Analpram HC information, interactions and side effects, Analpram HC® Cream 2.5% is a topical preparation containing hydrocortisone acetate 2.5% w/w and pramoxine hydrochloride 1% w/w in a hydrophilic cream base containing stearic acid, cetyl alcohol, Aquaphor®, isopropyl palmitate, polyoxyl 40 stearate, propylene glycol, potassium sorbate, sorbic acid, triethanolamine lauryl sulfate, and purified water.
Topical corticosteroids are anti-inflammatory and anti-pruritic agents. The structural formula, the chemical name, molecular formula and molecular weight for active ingredients are presented below.
hydrocortisone acetate Pregn-4-ene-3,20-dione, 21-(acetyloxy)-11, 17-dihydroxy-, (11-beta)- C23H32O6; mol, wt, 404.50
premoxine hydrochloride 4-(3-(p-butoxyphenoxy)propyl) morpholine hydrochloride C17H27NO3•HCl; mol. Wt:329.87
Topical corticosteroids are indicated for the relief of the inflammatory and pruritic manifestations of corticosteroid-responsive dermatoses.
DOSAGE AND ADMINISTRATION
Topical corticosteroids are generally applied to the affected area as a thin film three to four times daily depending on the severity of the condition. Occlusive dressings may be used for the management of psoriasis or recalcitrant conditions. If an infection develops, the use of occlusive dressings should be discontinued and appropriate antimicrobial therapy instituted.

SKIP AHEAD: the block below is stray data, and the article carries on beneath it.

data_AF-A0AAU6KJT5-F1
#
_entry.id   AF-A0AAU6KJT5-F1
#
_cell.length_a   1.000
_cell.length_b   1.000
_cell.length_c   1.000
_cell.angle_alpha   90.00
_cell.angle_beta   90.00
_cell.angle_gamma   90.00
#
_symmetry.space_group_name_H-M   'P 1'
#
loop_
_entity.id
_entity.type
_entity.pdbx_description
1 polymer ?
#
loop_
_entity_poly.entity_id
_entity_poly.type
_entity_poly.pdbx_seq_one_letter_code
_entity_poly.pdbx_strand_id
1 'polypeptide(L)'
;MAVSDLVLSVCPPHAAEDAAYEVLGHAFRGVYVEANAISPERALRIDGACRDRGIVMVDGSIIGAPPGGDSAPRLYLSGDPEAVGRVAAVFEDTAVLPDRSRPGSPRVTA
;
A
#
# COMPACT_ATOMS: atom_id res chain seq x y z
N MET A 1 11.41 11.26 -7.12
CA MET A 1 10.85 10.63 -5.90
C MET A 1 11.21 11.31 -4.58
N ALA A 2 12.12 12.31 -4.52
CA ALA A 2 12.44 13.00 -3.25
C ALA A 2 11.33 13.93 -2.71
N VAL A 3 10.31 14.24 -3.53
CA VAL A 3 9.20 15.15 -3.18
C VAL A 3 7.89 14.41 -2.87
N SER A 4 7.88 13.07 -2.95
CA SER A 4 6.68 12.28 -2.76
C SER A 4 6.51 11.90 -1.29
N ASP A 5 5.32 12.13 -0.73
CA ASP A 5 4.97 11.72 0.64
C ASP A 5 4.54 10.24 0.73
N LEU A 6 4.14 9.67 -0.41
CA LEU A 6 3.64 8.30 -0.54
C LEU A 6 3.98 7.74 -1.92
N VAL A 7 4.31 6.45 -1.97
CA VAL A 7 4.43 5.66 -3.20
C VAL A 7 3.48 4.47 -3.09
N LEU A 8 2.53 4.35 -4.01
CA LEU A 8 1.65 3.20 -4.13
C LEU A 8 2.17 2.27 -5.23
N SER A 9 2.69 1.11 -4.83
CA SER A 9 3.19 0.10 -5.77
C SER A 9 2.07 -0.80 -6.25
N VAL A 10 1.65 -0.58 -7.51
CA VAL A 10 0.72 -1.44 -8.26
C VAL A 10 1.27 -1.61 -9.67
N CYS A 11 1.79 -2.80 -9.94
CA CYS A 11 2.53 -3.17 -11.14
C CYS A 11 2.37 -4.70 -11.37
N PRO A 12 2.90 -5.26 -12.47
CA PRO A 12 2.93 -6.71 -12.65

|Analpram HC® Cream 2.5%
|1 oz tube
|12 x 4 gram tubes
|30 x 4 gram tubes
|1 oz Analpram Advanced Kit
|30 x 4 gram Analpram Advanced Kit
Store at 25°C (77°F); excursions permitted to 15-30°C (59-86°F).
The following local adverse reactions are reported infrequently with topical corticosteroids, but may occur more frequently with the use of occlusive dressings. These reactions are listed in an approximate decreasing order of occurrence:
||Maceration of the skin
||Allergic contact dermatitis
Systemic absorption of topical corticosteroids has produced reversible hypothalamic-pituitary-adrenal (HPA) axis suppression, manifestations of Cush- ing’s syndrome, hyperglycemia, and glucosuria in some patients. Conditions which augment systemic absorption include the application of the more potent steroids, use over large surface areas, prolonged use, and the addition of occlusive dressings.
Therefore, patients receiving a large dose of a potent topical steroid applied to a large sur- face area and under an occlusive dressing should be evaluated periodically for evidence of HPA axis suppression by using the urinary free cortisol and ACTH stimulation tests. If HPA axis suppression is noted, an attempt should be made to withdraw the drug, to reduce the frequency of application, or to substitute a less potent steroid.
Recovery of HPA axis function is generally prompt and complete upon discontinuation of the drug. Infrequently, signs and symptoms of steroid withdrawal may occur, requiring supplemental systemic corticosteroids. Children may absorb proportionally larger amounts of topical corticosteroids and thus be more susceptible to systemic toxicity. (See PRECAUTIONS–Pediatric Use.)